- Lawless, J. (1995). The Illustrated Encyclopedia of Essential Oils. ISBN 1-85230-661-0.[page needed]
- "U.S. EPA Citronella Factsheet" (PDF). Retrieved June 9, 2014.
- EPA citronella reregistration fact sheet
- Nakahara, Kazuhiko; Alzoreky, Najeeb S.; Yoshihashi, Tadashi; Nguyen, Huong T. T.; Trakoontivakorn, Gassinee (October 2003). "Chemical Composition and Antifungal Activity of Essential Oil from Cymbopogon nardus (Citronella Grass)". Japan International Research Center for Agricultural Sciences. 37 (4): 249–52. INIST:15524982.
- Pattnaik, S; Subramanyam, VR; Kole, C (1996). "Antibacterial and antifungal activity of ten essential oils in vitro". Microbios. 86 (349): 237–46. PMID 8893526. INIST:3245986.
- Prabuseenivasan, Seenivasan; Jayakumar, Manickkam; Ignacimuthu, Savarimuthu (2006). "In vitro antibacterial activity of some plant essential oils". BMC Complementary and Alternative Medicine. 6: 39. doi:10.1186/1472-6882-6-39. PMC 1693916. PMID 17134518.
- Segelken, Roger (1996). "Study: 'Nuisance-barking' dogs respond best to citronella spray collars". Cornell Chronicle. Retrieved 2009-04-22.
- Chang, Yu Shyun, 2007, 8 Map species from Malaysia for ICS, Forest Research Institute Malaysia, Workshop on NFP, 28–29 May 2007, Nanchang, PR China "Archived copy" (PDF). Archived from the original (PDF) on 2007-07-16. Retrieved 2007-09-06.CS1 maint: archived copy as title (link)
- Online referenced article, Torres, R.C., Tio, BDJ, Citronella oil industry: challenges and breakthroughs  Archived 2004-03-12 at the Wayback Machine
- Citronella makes comeback in Canada
- FOODNET, The Association for Strengthening Agricultural research in Eastern and Central Africa "Archived copy". Archived from the original on 2012-08-03. Retrieved 2008-04-13.CS1 maint: archived copy as title (link)
- Baldacchino, Frédéric; Tramut, Coline; Salem, Ali; Liénard, Emmanuel; Delétré, Emilie; Franc, Michel; Martin, Thibaud; Duvallet, Gérard; Jay-Robert, Pierre (2013). "The repellency of lemongrass oil against stable flies, tested using video tracking". Parasite. 20: 21. doi:10.1051/parasite/2013021. PMC 3718533. PMID 23759542.
- Kim, Jeong-Kyu; Kang, Chang-Soo; Lee, Jong-Kwon; Kim, Young-Ran; Han, Hye-Yun; Yun, Hwa Kyung (2005). "Evaluation of Repellency Effect of Two Natural Aroma Mosquito Repellent Compounds, Citronella and Citronellal". Entomological Research. 35 (2): 117–20. doi:10.1111/j.1748-5967.2005.tb00146.x.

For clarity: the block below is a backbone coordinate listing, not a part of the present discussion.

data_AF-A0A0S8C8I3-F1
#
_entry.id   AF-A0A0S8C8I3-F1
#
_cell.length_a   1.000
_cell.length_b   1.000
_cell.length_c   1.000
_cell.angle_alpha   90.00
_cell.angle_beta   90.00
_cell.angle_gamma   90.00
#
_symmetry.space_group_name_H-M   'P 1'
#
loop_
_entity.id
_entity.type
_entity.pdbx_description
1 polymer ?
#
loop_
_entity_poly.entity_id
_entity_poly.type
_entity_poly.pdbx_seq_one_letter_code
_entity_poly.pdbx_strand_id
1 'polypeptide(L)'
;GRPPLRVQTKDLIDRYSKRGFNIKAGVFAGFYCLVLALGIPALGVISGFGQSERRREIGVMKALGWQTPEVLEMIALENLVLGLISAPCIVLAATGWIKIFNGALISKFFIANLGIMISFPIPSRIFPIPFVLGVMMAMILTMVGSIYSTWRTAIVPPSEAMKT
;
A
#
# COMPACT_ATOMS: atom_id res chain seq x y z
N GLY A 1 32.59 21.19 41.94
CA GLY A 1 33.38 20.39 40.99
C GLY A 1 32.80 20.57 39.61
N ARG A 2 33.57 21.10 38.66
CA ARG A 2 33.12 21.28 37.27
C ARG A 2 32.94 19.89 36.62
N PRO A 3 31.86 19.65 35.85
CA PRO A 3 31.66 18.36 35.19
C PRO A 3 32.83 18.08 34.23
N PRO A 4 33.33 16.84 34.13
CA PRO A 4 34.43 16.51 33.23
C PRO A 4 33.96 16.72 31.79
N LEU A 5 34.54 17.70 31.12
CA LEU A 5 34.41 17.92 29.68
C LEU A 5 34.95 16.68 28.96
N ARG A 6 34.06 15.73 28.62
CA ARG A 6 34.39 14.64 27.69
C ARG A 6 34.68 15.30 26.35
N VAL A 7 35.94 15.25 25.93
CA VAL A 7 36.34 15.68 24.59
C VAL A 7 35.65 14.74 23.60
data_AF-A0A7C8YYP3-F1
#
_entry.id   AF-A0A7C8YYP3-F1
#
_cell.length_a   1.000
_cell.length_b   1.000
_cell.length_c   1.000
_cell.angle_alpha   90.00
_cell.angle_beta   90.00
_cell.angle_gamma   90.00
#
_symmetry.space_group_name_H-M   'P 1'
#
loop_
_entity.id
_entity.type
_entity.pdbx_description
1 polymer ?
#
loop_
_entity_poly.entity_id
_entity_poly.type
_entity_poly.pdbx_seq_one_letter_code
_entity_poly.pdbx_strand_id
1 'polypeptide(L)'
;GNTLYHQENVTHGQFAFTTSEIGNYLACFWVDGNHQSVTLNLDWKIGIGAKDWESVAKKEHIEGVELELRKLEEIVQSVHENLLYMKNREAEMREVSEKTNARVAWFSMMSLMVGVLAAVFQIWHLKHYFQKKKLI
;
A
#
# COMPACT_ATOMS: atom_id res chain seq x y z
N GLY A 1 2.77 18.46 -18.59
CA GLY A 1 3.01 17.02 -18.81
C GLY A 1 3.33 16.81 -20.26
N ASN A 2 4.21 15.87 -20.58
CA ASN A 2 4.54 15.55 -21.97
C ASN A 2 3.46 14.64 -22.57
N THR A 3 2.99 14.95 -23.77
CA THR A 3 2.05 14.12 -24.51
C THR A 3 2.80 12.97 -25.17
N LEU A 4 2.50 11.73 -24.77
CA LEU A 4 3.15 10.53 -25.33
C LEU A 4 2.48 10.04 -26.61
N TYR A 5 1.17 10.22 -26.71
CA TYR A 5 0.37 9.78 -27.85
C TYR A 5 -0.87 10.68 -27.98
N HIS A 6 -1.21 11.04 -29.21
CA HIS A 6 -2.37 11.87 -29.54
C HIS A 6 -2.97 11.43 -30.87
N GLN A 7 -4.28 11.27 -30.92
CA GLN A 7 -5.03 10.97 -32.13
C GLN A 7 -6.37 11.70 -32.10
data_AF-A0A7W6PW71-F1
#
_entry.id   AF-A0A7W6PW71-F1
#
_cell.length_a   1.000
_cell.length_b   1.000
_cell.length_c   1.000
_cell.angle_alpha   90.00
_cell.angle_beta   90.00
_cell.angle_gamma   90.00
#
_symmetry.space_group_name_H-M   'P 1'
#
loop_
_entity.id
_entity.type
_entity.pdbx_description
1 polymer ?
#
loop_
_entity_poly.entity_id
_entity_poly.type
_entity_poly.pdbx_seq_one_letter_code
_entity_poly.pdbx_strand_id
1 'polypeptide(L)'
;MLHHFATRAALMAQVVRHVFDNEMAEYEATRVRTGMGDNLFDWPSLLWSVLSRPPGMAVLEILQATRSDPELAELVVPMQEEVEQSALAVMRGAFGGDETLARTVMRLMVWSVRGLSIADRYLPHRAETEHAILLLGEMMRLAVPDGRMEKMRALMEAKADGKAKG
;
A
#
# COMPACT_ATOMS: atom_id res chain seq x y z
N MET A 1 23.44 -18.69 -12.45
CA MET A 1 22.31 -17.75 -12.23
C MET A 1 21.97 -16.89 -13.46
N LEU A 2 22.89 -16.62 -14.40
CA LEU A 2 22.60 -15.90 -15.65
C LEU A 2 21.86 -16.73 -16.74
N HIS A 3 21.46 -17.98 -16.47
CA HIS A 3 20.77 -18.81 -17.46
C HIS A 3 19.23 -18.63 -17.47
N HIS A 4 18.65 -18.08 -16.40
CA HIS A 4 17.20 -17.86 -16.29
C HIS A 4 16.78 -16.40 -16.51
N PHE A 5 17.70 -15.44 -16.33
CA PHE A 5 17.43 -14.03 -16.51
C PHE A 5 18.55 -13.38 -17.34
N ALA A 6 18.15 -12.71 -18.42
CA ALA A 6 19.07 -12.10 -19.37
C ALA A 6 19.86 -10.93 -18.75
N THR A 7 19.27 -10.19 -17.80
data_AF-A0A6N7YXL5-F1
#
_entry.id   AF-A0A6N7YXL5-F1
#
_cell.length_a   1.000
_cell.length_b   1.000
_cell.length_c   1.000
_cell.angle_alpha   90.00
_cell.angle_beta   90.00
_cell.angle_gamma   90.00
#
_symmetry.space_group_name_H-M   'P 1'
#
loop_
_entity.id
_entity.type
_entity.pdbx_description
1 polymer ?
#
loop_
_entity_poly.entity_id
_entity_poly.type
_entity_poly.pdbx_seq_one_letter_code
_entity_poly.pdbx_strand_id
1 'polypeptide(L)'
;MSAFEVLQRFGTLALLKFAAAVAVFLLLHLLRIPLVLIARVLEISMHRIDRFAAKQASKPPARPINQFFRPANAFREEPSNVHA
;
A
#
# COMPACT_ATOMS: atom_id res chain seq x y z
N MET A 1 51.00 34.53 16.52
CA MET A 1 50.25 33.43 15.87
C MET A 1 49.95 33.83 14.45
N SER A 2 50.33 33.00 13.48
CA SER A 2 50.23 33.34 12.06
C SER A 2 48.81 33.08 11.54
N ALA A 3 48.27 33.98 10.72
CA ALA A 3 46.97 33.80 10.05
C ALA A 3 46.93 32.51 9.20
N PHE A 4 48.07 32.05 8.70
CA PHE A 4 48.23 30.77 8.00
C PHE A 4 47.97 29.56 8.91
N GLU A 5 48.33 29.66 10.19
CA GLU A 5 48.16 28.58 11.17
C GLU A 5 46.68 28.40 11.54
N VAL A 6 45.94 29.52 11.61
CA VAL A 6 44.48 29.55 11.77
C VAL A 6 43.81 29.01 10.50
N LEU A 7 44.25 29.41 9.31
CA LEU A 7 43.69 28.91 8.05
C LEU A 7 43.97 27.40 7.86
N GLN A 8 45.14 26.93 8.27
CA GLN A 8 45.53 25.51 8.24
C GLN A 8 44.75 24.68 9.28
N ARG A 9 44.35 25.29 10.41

- Trongtokit, Yuwadee; Rongsriyam, Yupha; Komalamisra, Narumon; Apiwathnasorn, Chamnarn (2005). "Comparative repellency of 38 essential oils against mosquito bites". Phytotherapy Research. 19 (4): 303–9. doi:10.1002/ptr.1637. PMID 16041723.
- "Test: Mosquito Repellents, The Verdict" Choice, The Australian Consumers Association
- Mumcuoglu, Kosta Y.; Galun, Rachel; Bach, Uri; Miller, Jacqueline; Magdassi, Shlomo (1996). "Repellency of essential oils and their components to the human body louse, Pediculus humanus humanus". Entomologia Experimentalis et Applicata. 78 (3): 309–14. doi:10.1111/j.1570-7458.1996.tb00795.x.
- Mumcuoglu, KY; Magdassi, S; Miller, J; Ben-Ishai, F; Zentner, G; Helbin, V; Friger, M; Kahana, F; Ingber, A (2004). "Repellency of citronella for head lice: Double-blind randomized trial of efficacy and safety". The Israel Medical Association Journal. 6 (12): 756–9. PMID 15609890.
- "U.S. EPA Citronella Factsheet". Retrieved June 9, 2014.
- Re-evaluation of Citronella Oil and Related Active Compounds for Use as Personal Insect Repellents (PDF). Responsible Pesticide Use. Pest Management Regulatory Agency (Canada). 2004-09-17. ISBN 0-662-38012-6.[page needed]
- "So Then: Who’s Afraid of Citronella Oil? Update!" Archived 2007-10-15 at the Wayback Machine Cropwatch Newsletter Vol 2,Issue 1, No. 1
- "HSE Biocides Unit responds to The Daily Telegraph article" 13 October 2006